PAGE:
It's really sad to see a child's naive faith being exploited to make millions for his religious parents. But that's what has happened to young Colton Burpo.
Colton's appendix got infected and ruptured. He was rushed to emergency surgery and happily his life was saved (by modern medical science, I might add). But when he came out of the anesthetic, he had a rather startling tale to tell: he'd been to Heaven! And Jesus Himself was there (probably a white guy with a beard even though Jesus was probably dark-skinned), along with John the Baptist and even Colton's own great-grandfather!
Now Colton has a mega-seller book, Heaven Is For Real. Not just a sort-of-popular book, but the number one paperback on the New York Times bestseller list (login required).
Now you might think that this is just another of those Jesus-on-your-toast stories, that someone was just out to make a buck on this kid's delusions. But you'd be wrong! These are just humble Midwesterners who want to tell their humble story. "People say we just did this to make money, and it’s not the truth," said father Burpo. "We were expecting nothing. We were just hoping the publisher would break even."
How quaint. That must be why the publisher hired author Lynn Vincent, the very same writer who wrote Sarah Palin's book, Going Rogue.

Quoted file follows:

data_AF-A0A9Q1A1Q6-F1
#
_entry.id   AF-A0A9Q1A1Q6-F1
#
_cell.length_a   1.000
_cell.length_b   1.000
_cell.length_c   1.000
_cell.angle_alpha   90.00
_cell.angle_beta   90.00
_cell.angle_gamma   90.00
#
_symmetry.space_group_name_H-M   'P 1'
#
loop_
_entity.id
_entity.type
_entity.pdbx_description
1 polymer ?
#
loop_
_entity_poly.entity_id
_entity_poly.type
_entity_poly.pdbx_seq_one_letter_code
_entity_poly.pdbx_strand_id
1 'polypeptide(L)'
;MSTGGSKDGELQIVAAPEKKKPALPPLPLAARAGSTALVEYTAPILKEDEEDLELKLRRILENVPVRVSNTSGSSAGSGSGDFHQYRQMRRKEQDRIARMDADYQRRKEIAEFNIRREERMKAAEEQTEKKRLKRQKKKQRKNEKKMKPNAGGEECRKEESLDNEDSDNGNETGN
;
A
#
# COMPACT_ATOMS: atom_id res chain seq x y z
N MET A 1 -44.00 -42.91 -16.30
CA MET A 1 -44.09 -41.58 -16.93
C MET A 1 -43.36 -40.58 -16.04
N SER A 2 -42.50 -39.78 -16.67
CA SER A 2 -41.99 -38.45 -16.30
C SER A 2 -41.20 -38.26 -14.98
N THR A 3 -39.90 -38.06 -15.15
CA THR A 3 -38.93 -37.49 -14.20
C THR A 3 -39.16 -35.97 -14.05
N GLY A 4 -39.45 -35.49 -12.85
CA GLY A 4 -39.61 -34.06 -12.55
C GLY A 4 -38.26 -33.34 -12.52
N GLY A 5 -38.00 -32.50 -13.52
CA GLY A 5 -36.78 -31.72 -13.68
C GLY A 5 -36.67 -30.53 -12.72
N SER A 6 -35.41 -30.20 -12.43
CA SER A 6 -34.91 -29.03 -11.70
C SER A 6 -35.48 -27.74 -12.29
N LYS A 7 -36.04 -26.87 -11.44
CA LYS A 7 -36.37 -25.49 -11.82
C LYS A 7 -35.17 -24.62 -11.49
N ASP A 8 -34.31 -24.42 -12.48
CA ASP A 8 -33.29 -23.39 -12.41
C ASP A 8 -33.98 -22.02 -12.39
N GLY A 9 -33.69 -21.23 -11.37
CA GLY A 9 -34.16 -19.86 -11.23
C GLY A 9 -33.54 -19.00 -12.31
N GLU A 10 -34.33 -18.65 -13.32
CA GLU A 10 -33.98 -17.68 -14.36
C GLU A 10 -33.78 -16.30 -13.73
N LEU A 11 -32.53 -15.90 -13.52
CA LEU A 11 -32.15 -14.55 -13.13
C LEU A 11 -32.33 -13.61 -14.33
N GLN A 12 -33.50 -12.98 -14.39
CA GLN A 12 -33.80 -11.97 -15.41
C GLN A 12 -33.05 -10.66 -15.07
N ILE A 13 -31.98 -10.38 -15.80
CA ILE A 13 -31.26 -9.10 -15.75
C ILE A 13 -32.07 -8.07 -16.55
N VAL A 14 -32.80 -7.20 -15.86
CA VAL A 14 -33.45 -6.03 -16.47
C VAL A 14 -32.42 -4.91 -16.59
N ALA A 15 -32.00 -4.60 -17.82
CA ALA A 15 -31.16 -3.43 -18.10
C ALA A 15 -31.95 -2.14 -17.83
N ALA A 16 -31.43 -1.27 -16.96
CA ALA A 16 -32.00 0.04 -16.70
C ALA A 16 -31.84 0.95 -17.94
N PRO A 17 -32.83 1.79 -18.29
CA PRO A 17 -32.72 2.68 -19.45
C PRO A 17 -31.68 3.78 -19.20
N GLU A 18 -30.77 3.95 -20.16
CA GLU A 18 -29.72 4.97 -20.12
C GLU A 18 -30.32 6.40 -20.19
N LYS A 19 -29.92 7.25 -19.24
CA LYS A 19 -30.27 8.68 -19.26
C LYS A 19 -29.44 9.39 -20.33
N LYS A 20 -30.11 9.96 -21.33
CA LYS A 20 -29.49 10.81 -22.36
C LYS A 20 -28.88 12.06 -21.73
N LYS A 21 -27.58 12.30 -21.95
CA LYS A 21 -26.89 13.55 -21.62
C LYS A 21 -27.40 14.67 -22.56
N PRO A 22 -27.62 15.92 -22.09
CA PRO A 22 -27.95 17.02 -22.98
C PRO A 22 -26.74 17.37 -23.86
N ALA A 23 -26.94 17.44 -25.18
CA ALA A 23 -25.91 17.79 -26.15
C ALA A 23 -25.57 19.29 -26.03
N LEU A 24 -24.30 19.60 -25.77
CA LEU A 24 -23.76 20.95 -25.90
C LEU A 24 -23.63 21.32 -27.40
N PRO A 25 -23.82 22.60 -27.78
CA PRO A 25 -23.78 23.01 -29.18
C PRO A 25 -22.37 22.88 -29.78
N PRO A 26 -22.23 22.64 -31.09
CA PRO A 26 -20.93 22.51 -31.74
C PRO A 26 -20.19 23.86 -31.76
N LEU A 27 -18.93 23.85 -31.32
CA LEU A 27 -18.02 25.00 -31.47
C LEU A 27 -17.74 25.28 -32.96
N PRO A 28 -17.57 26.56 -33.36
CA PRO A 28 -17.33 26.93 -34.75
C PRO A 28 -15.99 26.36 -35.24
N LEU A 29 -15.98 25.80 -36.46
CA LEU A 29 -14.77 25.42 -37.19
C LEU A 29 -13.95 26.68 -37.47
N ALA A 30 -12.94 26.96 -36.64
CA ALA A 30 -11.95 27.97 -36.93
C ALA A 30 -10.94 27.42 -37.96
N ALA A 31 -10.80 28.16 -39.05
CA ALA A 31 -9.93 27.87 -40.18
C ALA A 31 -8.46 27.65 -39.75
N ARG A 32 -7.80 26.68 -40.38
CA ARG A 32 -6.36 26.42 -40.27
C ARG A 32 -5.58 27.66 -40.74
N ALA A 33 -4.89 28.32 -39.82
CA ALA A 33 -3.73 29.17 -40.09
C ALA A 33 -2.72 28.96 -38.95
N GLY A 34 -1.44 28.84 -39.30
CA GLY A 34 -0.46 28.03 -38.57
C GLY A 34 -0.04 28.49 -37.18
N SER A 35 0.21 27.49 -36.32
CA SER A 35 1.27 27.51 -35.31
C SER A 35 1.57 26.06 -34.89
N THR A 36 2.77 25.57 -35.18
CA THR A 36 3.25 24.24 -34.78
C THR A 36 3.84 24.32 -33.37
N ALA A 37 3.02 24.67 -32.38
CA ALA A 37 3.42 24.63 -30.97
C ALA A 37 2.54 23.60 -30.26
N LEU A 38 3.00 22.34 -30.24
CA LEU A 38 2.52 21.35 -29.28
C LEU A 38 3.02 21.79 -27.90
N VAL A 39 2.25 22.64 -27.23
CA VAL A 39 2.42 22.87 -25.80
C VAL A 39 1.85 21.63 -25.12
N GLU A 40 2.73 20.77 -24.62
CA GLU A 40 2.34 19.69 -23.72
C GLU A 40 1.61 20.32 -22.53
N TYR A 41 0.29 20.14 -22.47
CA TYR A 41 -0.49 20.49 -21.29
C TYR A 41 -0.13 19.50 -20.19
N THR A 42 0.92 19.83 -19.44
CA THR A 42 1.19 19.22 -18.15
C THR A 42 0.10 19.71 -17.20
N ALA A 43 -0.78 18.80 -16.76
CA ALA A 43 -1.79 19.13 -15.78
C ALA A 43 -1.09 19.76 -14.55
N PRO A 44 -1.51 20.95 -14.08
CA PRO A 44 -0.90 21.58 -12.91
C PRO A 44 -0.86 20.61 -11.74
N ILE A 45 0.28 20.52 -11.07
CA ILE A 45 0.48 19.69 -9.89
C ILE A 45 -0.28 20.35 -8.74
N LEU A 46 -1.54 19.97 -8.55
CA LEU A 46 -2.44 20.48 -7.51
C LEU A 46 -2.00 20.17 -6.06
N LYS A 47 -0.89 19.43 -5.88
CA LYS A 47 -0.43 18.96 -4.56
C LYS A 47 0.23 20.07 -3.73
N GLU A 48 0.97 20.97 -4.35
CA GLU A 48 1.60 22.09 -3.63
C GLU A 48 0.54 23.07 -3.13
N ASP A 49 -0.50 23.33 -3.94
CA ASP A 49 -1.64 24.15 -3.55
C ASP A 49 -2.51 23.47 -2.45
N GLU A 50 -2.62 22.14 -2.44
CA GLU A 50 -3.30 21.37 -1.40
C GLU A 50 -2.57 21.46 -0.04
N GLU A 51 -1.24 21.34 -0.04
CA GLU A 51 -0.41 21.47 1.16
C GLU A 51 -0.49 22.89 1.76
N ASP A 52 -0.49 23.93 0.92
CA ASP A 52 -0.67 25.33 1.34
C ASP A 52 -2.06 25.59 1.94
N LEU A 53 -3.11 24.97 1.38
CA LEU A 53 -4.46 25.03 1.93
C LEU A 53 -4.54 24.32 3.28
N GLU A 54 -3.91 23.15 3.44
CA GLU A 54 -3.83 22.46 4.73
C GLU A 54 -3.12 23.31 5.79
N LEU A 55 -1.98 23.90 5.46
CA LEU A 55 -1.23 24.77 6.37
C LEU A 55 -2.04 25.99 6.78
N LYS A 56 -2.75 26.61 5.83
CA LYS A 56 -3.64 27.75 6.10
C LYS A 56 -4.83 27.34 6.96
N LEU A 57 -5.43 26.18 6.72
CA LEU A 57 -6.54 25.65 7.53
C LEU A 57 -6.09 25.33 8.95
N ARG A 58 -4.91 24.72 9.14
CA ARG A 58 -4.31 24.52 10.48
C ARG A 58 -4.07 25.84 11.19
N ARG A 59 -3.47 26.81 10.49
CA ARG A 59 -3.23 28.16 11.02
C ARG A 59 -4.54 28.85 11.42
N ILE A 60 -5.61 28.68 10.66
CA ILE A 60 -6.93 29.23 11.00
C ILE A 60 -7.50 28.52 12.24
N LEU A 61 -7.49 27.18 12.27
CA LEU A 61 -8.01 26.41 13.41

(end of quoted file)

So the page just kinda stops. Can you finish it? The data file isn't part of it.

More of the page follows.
I'm sorry, but I don't buy this baloney. This isn't some awe-shucks humble family. This is a well-planned exploitation of tiny boy barely out of diapers by a publishing giant and parents who are all too willing to rake in the money from their son's religion-induced delusions.
I wonder will happen as Colton grows up. He's eleven now ... will he ever have the opportunity to question the religious dogma that inspired his dream? If he has questions about his Christian faith, will he be able to ask them? Or will the economic and social pressure force Colton to keep it to himself?
Is it moral to make a kid into a Christian hero before he even understands what it means to be a Christian? Imperial, Nebraska is hardly a hotbed of open-minded secularism, so maybe Colton will never have to even think about these questions.
But I can't help but be cynical about how this four-year-old boy's dream is being exploited. All I can say is this: Colton, if the day ever comes that you have questions about your faith, there are plenty of open-minded people out here to talk to. The won't judge you, and they'll even respect your faith. The world is an amazing place and there is so much to learn. You may decide that Christianity is for you, and if you do then good for you. But don't be afraid to ask questions just because a bunch of people made a bunch of money off of your childhood dream.